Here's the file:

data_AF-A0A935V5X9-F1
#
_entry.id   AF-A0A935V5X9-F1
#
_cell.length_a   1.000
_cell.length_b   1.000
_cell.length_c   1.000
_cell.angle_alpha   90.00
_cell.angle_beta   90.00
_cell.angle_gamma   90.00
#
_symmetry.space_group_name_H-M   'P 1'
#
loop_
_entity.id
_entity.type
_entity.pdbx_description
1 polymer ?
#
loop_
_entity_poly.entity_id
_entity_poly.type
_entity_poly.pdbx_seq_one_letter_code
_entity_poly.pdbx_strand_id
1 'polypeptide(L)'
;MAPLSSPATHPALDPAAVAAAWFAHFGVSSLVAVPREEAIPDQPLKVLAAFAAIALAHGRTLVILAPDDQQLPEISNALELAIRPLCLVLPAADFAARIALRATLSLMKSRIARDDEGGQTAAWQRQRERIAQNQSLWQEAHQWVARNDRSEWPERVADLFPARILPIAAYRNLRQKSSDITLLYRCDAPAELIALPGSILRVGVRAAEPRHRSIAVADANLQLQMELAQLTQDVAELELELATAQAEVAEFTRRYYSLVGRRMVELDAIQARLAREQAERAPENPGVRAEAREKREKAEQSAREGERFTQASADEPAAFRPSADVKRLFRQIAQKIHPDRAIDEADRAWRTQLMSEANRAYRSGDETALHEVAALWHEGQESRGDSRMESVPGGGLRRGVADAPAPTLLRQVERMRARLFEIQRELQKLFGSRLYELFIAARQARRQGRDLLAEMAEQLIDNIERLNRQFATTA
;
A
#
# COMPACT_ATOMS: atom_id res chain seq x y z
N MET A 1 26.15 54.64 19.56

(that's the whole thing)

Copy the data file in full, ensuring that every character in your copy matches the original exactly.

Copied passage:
data_AF-A0A935V5X9-F1
#
_entry.id   AF-A0A935V5X9-F1
#
_cell.length_a   1.000
_cell.length_b   1.000
_cell.length_c   1.000
_cell.angle_alpha   90.00
_cell.angle_beta   90.00
_cell.angle_gamma   90.00
#
_symmetry.space_group_name_H-M   'P 1'
#
loop_
_entity.id
_entity.type
_entity.pdbx_description
1 polymer ?
#
loop_
_entity_poly.entity_id
_entity_poly.type
_entity_poly.pdbx_seq_one_letter_code
_entity_poly.pdbx_strand_id
1 'polypeptide(L)'
;MAPLSSPATHPALDPAAVAAAWFAHFGVSSLVAVPREEAIPDQPLKVLAAFAAIALAHGRTLVILAPDDQQLPEISNALELAIRPLCLVLPAADFAARIALRATLSLMKSRIARDDEGGQTAAWQRQRERIAQNQSLWQEAHQWVARNDRSEWPERVADLFPARILPIAAYRNLRQKSSDITLLYRCDAPAELIALPGSILRVGVRAAEPRHRSIAVADANLQLQMELAQLTQDVAELELELATAQAEVAEFTRRYYSLVGRRMVELDAIQARLAREQAERAPENPGVRAEAREKREKAEQSAREGERFTQASADEPAAFRPSADVKRLFRQIAQKIHPDRAIDEADRAWRTQLMSEANRAYRSGDETALHEVAALWHEGQESRGDSRMESVPGGGLRRGVADAPAPTLLRQVERMRARLFEIQRELQKLFGSRLYELFIAARQARRQGRDLLAEMAEQLIDNIERLNRQFATTA
;
A
#
# COMPACT_ATOMS: atom_id res chain seq x y z
N MET A 1 26.15 54.64 19.56